Apple Picking in North Georgia
September is for apples, at least in the states where apples grow. I always thought that apples would not enjoy the heat of the south, but it turns out it’s enough to drive for 1.5 hours towards Appalachian Mountains and voila!
Last year was the first time we did apple picking, so this year it was no question. My son is the biggest apple lover I know; he even bought a hand-turned machine for peeling apples and making a slinky out of them last year at the barn and was itching to use it again. It’s definitely more fun to use such a machine on apples from the farm than some store bought.
Picking fresh apples is so much different than getting fruits through Instacart. Get out from your couch and try living a new vibrant live.. Fresh air, picking fresh fruits .. what can be better?
Long story short, I took my kids and a friend with two kids and off went. Our husbands had things to fix at home, so it was ladies day out, which can be very refreshing! Leaves are not really changing in the north quite yet, but the weather for apple picking was perfect. I took her to the same farm we went last year, but I might try something new next fall. It’s a bit boring when you know what to expect.
This time we went a week later than last year and there were significantly fewer apples on the trees, but still plenty enough for our needs. The farm was busy, the same as last year. I was thinking that there will be a lot less people due to the virus, but everybody wanted to get out I guess. Masks are advised on the premises, but not enforced. About 1/3 of people were wearing masks while waiting in line to purchase apple picking bags and passes and while on the tractor ride.
Last year we ate all the apples we picked, so I went for 3 full pecks this time, which are about 90 apples total. I paid a hefty $75 for them, but it is one time per year experience, so I didn’t mind at all. The price includes a tractor ride to the orchard, and apple donut and a cup of fresh apple cider at the end. Kids can also do rock painting, use a few slides, and cut some fresh flowers, which we skipped because we had plans to eat somewhere afterwards instead. We did enjoy cider and a donut though.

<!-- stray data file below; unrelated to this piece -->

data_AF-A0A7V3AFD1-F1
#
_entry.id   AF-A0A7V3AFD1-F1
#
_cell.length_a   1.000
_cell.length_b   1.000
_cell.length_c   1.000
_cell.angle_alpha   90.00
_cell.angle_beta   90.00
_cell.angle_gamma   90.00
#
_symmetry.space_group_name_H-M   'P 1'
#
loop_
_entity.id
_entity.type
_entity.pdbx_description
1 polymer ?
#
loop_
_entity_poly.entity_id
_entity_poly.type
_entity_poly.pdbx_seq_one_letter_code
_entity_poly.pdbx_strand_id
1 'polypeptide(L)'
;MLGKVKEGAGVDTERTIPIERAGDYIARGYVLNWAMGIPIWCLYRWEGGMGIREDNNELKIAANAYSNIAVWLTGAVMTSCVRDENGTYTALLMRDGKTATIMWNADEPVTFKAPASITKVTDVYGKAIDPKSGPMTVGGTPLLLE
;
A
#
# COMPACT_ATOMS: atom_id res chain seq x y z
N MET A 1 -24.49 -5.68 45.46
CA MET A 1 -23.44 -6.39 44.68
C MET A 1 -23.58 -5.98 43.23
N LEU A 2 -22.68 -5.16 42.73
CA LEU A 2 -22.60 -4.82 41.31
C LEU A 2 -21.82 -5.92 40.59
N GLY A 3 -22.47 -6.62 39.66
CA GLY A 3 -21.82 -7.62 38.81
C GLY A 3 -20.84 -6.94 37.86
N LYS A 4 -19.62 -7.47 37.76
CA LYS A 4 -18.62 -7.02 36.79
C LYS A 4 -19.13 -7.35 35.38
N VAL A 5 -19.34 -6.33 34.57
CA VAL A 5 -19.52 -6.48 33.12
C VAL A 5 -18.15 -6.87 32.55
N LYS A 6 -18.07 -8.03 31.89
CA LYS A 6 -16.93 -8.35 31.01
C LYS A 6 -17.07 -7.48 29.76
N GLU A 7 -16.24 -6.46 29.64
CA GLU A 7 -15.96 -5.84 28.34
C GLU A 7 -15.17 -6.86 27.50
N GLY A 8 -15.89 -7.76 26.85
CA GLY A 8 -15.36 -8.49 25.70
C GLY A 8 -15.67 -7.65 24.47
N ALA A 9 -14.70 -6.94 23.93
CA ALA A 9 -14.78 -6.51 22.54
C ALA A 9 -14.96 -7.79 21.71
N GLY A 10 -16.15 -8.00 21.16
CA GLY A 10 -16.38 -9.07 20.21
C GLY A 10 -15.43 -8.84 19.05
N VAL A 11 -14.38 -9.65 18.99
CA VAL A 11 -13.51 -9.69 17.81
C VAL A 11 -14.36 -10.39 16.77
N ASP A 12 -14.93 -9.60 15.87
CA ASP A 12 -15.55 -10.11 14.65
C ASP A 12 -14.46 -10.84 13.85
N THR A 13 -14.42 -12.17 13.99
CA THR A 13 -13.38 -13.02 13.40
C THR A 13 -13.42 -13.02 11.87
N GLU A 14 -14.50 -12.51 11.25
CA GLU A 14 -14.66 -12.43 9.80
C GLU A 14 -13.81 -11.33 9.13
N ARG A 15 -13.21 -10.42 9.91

Tractor ride is pretty fun and takes about 10 minutes uphill. We wore masks during this ride to be good citizens around other people, but took them off as soon as we arrived. The entire orchard is on a hill and not too big. As I mentioned above, I saw fewer apples on the trees and more on the ground. The ones on the ground can be fed to three farm mules, which are very happy about it. Kids were happy about feeding them too.
Picking itself was fun for about 2 minutes for kids and after that it’s all whining about how heavy the bag is and how hot they are. I rushed to take a few cute pictures of kids with friends before faces turned completely sour, because Facebook needed to be notified about our experience.
The orchard has many different kinds of apples and all taste much better that from the store, of course. We ate so many apples while picking that two days later I still don’t want any.
After picking our bags full, we stopped by a barn on a hill, where they have fresh water from coolers, plenty of plastic cups, hand sanitizers, and fall decorations.
Kids tossed some bean bags, moms took a few sexy pictures, and we went back to wait for a tractor.
The entire experience took about two hours, but of course, you can spend 5 hours with smaller kids and if you take it slower. It’s nice to get out of the city and spend a beautiful day in the mountains for sure. Next year we will look for another farm just to experience something new, even though the system is the same everywhere. Another hope is that by next fall corona will be a distant memory and we won’t have to eye each other suspiciously from behind our masks. But even this year I would still recommend visiting a farm and trying to enjoy life as much as possible, especially with some Mexican food and a cold margarita afterwards!